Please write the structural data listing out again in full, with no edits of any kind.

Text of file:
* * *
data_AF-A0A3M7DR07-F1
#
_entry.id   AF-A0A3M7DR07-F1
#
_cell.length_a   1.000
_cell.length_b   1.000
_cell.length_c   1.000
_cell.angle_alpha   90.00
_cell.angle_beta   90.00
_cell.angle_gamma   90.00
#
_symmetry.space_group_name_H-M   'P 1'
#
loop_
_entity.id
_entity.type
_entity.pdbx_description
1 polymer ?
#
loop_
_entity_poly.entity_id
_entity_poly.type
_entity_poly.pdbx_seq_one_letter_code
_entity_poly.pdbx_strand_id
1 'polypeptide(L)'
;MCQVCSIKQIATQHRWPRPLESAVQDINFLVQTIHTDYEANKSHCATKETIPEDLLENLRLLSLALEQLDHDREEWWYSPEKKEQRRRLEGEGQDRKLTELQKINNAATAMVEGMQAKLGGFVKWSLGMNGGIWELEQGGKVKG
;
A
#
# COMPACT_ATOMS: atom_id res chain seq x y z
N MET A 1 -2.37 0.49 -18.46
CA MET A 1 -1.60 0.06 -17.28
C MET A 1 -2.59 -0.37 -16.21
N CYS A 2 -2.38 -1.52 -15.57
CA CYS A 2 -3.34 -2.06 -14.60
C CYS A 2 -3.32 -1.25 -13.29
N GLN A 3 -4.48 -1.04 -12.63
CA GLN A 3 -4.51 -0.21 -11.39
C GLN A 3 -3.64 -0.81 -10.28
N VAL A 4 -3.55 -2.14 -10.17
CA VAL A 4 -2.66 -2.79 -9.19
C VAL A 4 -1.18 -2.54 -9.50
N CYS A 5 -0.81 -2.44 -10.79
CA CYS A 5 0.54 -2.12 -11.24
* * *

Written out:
data_AF-A0A3M7DR07-F1
#
_entry.id   AF-A0A3M7DR07-F1
#
_cell.length_a   1.000
_cell.length_b   1.000
_cell.length_c   1.000
_cell.angle_alpha   90.00
_cell.angle_beta   90.00
_cell.angle_gamma   90.00
#
_symmetry.space_group_name_H-M   'P 1'
#
loop_
_entity.id
_entity.type
_entity.pdbx_description
1 polymer ?
#
loop_
_entity_poly.entity_id
_entity_poly.type
_entity_poly.pdbx_seq_one_letter_code
_entity_poly.pdbx_strand_id
1 'polypeptide(L)'
;MCQVCSIKQIATQHRWPRPLESAVQDINFLVQTIHTDYEANKSHCATKETIPEDLLENLRLLSLALEQLDHDREEWWYSPEKKEQRRRLEGEGQDRKLTELQKINNAATAMVEGMQAKLGGFVKWSLGMNGGIWELEQGGKVKG
;
A
#
# COMPACT_ATOMS: atom_id res chain seq x y z
N MET A 1 -2.37 0.49 -18.46
CA MET A 1 -1.60 0.06 -17.28
C MET A 1 -2.59 -0.37 -16.21
N CYS A 2 -2.38 -1.52 -15.57
CA CYS A 2 -3.34 -2.06 -14.60
C CYS A 2 -3.32 -1.25 -13.29
N GLN A 3 -4.48 -1.04 -12.63
CA GLN A 3 -4.51 -0.21 -11.39
C GLN A 3 -3.64 -0.81 -10.28
N VAL A 4 -3.55 -2.14 -10.17
CA VAL A 4 -2.66 -2.79 -9.19
C VAL A 4 -1.18 -2.54 -9.50
N CYS A 5 -0.81 -2.44 -10.79
CA CYS A 5 0.54 -2.12 -11.24